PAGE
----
Pilea Peperomioides is such a cool and unique plant, just look at those funky leaves! Best of all – it’s so easy to care for! Native to China, it’s commonly known as the Chinese money plant, but it has many other common names, such as the pancake plant and missionary plant. Find out below how to care for your Pilea Peperomioides without any problems!
How much sunlight does Pilea Peperomioides need? | lighting
Pilea likes bright indirect light. The best spots for your Pilea are near an east, west or south facing window. Just be careful it doesn’t get direct sunlight from the south facing window, especially during summer when the sun is much stronger. Either cover the window with a sheer white curtain or move it a couple of feet away from the window.
I talk more about different lighting in – 2 things you need to know before buying your first plant!
Give your plant plenty of light and in return it will give you new leaves that grow bigger and stronger every day.
It can survive in medium light conditions for a while, but those are not optimal. I found that my Pilea drops leaves when it doesn’t get enough sunlight. If your plant does that, try moving it to another spot where it will get more hours of sunlight.
If you want to have an even looking plant, slightly rotate it weekly so that the leaves grow equally. If not, over time, your plant will start to lean on one side – the one that gets the most light.
When should you water your Pilea Peperomioides? | watering
The Pilea Peperomioides is a type of semi succulent plant, meaning it stores a certain amount of water inside its leaves and stems. It’s not a real succulent per se, but it has similar needs like succulents.
Because it stores water inside its leaves and stems, it does not need water that often, but only when the soil has dried out.
Water your Pilea Peperomioides when the soil has dried out.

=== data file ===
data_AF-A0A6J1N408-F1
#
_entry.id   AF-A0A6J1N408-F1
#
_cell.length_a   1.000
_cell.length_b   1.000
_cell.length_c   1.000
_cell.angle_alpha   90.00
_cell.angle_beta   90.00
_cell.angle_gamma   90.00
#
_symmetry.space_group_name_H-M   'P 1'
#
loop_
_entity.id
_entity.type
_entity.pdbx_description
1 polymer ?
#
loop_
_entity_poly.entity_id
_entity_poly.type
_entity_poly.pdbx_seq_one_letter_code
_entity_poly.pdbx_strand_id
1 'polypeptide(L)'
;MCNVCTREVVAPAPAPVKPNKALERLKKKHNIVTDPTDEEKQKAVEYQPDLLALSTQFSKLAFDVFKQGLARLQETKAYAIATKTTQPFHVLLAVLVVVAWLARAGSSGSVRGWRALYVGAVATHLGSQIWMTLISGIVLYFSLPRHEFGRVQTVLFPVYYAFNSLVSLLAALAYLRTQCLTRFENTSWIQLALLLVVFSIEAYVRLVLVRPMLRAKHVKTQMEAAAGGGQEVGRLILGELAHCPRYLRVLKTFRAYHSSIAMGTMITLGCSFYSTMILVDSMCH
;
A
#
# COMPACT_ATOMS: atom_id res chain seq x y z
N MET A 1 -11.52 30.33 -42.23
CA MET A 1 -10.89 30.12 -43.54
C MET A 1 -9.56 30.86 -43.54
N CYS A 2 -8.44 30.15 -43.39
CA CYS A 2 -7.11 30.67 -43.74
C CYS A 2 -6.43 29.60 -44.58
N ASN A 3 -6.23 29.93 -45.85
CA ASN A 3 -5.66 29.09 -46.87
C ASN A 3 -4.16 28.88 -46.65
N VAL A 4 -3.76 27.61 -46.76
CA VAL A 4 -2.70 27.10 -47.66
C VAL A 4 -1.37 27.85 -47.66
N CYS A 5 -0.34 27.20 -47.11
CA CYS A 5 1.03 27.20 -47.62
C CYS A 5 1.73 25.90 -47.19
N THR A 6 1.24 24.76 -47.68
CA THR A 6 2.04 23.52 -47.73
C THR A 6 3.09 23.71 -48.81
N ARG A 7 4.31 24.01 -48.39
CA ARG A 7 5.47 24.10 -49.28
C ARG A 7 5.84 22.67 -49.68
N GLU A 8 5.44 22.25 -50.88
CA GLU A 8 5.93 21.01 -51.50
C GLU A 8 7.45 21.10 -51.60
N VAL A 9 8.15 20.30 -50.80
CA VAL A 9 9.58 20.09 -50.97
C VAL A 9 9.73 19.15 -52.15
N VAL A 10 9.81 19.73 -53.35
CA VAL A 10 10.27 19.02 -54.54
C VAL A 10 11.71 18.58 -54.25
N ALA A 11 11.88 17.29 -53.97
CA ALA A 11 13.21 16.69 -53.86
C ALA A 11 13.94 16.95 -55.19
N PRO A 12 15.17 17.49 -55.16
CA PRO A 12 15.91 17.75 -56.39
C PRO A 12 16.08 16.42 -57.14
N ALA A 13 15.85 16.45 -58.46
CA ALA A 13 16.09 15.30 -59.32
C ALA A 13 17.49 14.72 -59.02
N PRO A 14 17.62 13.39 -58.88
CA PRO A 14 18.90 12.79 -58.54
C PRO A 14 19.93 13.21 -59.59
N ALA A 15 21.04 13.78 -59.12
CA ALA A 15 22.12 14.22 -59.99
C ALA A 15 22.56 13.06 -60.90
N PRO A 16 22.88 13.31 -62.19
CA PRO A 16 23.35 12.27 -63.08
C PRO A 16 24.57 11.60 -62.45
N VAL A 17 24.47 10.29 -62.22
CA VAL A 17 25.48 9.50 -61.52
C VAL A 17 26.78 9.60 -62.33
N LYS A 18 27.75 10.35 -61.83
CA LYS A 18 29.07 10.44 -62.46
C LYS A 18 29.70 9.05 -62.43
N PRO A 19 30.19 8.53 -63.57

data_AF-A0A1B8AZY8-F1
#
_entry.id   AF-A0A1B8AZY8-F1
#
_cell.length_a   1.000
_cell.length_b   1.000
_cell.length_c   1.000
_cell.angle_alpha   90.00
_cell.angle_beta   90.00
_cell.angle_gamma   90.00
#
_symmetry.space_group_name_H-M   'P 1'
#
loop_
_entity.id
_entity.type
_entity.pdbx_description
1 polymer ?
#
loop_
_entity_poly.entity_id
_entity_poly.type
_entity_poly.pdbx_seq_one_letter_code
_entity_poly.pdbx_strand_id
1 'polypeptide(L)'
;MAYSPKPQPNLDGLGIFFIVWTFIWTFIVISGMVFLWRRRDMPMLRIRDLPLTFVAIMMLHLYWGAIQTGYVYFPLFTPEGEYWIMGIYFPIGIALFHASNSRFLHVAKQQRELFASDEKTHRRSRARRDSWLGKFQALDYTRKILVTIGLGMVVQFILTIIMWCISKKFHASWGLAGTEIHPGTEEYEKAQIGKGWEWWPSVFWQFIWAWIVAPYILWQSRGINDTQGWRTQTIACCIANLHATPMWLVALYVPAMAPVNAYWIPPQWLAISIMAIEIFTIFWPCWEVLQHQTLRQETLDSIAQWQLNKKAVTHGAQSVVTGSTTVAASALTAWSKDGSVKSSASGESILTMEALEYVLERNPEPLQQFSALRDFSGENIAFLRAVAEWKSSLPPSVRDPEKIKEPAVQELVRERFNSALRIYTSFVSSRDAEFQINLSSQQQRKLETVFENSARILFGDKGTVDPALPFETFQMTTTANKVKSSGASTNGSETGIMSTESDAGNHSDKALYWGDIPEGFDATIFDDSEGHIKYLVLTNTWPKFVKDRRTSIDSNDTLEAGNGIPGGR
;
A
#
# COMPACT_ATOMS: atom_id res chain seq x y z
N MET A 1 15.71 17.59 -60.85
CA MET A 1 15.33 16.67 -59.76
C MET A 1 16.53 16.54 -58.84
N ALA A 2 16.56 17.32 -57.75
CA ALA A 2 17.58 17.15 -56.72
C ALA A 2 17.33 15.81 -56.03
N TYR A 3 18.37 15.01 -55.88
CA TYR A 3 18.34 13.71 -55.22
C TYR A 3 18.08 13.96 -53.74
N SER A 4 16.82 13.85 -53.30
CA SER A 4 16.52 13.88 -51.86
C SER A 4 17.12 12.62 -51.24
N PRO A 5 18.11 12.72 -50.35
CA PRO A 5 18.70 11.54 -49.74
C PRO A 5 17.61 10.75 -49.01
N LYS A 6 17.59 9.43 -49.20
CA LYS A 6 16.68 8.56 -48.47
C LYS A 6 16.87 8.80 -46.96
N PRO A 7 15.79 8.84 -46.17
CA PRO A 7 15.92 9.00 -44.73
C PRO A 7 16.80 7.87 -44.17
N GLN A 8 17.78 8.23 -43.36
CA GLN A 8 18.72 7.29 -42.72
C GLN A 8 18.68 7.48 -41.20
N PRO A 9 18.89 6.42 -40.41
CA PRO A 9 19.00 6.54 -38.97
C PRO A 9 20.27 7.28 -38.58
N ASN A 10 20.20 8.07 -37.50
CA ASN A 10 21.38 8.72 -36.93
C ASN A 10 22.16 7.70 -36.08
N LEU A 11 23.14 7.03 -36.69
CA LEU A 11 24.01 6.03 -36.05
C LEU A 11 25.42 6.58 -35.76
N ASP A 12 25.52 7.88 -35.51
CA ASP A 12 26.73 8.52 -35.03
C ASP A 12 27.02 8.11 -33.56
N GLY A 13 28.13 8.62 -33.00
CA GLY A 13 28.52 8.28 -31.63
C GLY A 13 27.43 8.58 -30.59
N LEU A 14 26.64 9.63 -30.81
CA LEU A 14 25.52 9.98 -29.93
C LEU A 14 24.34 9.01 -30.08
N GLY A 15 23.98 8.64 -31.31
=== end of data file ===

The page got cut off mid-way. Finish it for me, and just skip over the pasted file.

Before you water your Pilea, check out the soil with your finger. If it’s dry all the way through your finger length – it’s time to water it. Your Pilea will also talk to you when it’s thirsty. If its leaves look droopy to you, it’s a sign it needs water.
How to water your Pilea?
When it’s time to water your Pilea, do it so thoroughly. Let the water pass through the pot a couple of times so that the water reaches all parts of the root system.
Be sure to have drainage holes on the bottom of the pot, so that the excess water can drain through. If all that excess water stays inside the pot (or cover pot/saucer) it will lead to root rot and you will loose your plant.
As I said previously, your Pilea could be dropping leaves if it doesn’t get enough sunlight, but it can also start to drop leaves if it’s been over watered, or even under watered. In any case, if your Pilea starts to drop leaves it’s a sign something is wrong and that your Pilea is now in survival mode.
What type of pot and soil is best for Pilea Peperomioides?
The Pilea doesn’t like to be in moist soil for long. Even better to say – if it stays in moist soil for too long, it will easily rot. Because of that, I found that terracotta pots are better that plastic pots. Terracotta pots allow air circulation and faster water evaporation.
It’s better to water more frequently because the soil dries out quickly, rather than watering less frequently because the soil stays moist for a long period of time.